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Sunday, October 7, 2012

SHENANDOAH (1965)

Hitching up the anti-Civil War sentiments of FRIENDLY PERSUASION/’56 to the nuclear family drama of HOW GREEN WAS MY VALLEY/’41 should work like a charm, but this is an Andrew McLaglen pic, a director who can make bricks & mortar look fake . . . to say nothing of story, acting & dialogue. James Stewart, in alarmingly hammy mode (he might be doing a Dean Martin Celebrity Roast), is the exceedingly avuncular paterfamilias of the Anderson clan, a never-ending line-up of enormous menfolk, a girl or two and Phillip Alford (‘Jem’ of TO KILL A MOCKINGBIRD/’62) as the runt of the litter. Somehow or other, they’ve kept their vast Virginia farm totally out of the war, but just as ‘the cause’ seems lost, they’re drawn in. And you know what you’re in for right from the start between the cute going-to-church routine (out of FP) and the family dining scenes (via HGWMV, but with colorful outfits from SEVEN BRIDES FOR SEVEN BROTHERS/’54). Later, after multiple tragedies, we’re back at the dining-room table, now with a few empty chairs & subdued fabric colors. But damned if they aren’t still all color-coordinated, now in drab pastels. To its credit, the second half is less cornpone, even Jimmy tones it down to smoldering anger & regret. But the sentimentality factor goes thru the roof as little Phil is saved on the battlefield by his old slavey pal (now in the Union Army) and then shows up at the curtain like some Confederate Tiny Tim.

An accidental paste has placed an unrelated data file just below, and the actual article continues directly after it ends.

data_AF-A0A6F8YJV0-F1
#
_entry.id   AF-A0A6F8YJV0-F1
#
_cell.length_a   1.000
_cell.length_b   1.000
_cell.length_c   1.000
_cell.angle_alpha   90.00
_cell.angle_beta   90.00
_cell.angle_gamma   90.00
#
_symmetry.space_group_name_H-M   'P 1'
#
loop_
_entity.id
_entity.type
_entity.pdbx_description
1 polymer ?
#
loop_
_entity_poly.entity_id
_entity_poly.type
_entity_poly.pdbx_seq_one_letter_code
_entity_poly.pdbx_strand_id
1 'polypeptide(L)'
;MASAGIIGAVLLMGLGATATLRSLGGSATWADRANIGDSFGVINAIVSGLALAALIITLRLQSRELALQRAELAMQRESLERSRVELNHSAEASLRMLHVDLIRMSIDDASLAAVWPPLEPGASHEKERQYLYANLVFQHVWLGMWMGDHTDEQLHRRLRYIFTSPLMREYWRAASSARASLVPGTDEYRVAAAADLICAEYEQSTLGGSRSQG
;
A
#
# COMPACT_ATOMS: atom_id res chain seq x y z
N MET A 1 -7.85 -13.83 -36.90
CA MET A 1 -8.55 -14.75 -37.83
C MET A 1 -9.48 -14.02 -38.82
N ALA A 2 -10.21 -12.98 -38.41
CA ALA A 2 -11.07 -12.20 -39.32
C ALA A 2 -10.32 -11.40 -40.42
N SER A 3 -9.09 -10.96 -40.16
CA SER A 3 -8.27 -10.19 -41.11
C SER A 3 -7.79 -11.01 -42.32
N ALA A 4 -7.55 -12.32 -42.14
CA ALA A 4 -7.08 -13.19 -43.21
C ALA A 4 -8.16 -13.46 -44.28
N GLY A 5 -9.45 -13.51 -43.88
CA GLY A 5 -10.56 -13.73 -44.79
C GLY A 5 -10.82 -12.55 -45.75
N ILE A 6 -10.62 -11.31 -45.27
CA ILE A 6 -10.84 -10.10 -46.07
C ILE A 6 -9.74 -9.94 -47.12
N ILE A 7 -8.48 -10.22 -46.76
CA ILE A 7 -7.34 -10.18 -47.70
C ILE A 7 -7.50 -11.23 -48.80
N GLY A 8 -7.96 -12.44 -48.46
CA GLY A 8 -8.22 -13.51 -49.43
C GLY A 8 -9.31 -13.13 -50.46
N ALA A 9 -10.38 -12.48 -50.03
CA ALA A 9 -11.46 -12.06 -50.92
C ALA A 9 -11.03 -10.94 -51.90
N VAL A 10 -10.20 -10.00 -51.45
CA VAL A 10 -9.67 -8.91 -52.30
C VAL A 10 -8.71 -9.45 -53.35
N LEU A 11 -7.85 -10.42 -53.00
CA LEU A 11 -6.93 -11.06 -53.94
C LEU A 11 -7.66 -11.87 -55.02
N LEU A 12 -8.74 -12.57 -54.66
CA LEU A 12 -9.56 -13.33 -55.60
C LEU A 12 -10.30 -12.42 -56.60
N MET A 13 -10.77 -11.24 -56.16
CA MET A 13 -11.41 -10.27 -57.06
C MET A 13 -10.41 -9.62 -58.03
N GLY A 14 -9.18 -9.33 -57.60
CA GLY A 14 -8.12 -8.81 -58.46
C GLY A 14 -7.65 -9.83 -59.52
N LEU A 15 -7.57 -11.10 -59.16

SCREWY THOUGHT OF THE DAY: Some of the acting defies belief. Patrick Wayne (son of you-know-who) gets a final close-up that’s one-for-the-books, and the film’s new ‘discovery,’ Rosemary Forsyth, quickly headed to tv land. On the credit side, this is Phillip Alford’s only feature pic other than MOCKINGBIRD. Anyone who feels they were sitting with Greg Peck on that porch and eavesdropping on Jem telling his sister stories about their late mom will melt at the sight. Heck, he doesn’t get a mom in this one either. And who can keep from grinning whenever Doug McClure pops up on screen. Talk about Friendly Persuasion.

CONTEST: An integrated Army Unit seen in one scene is certainly unlikely for the period, but there’s something just as questionable in the film’s wedding scene. Name it to win a MAKSQUIBS Write-Up of any NetFlix DVD.

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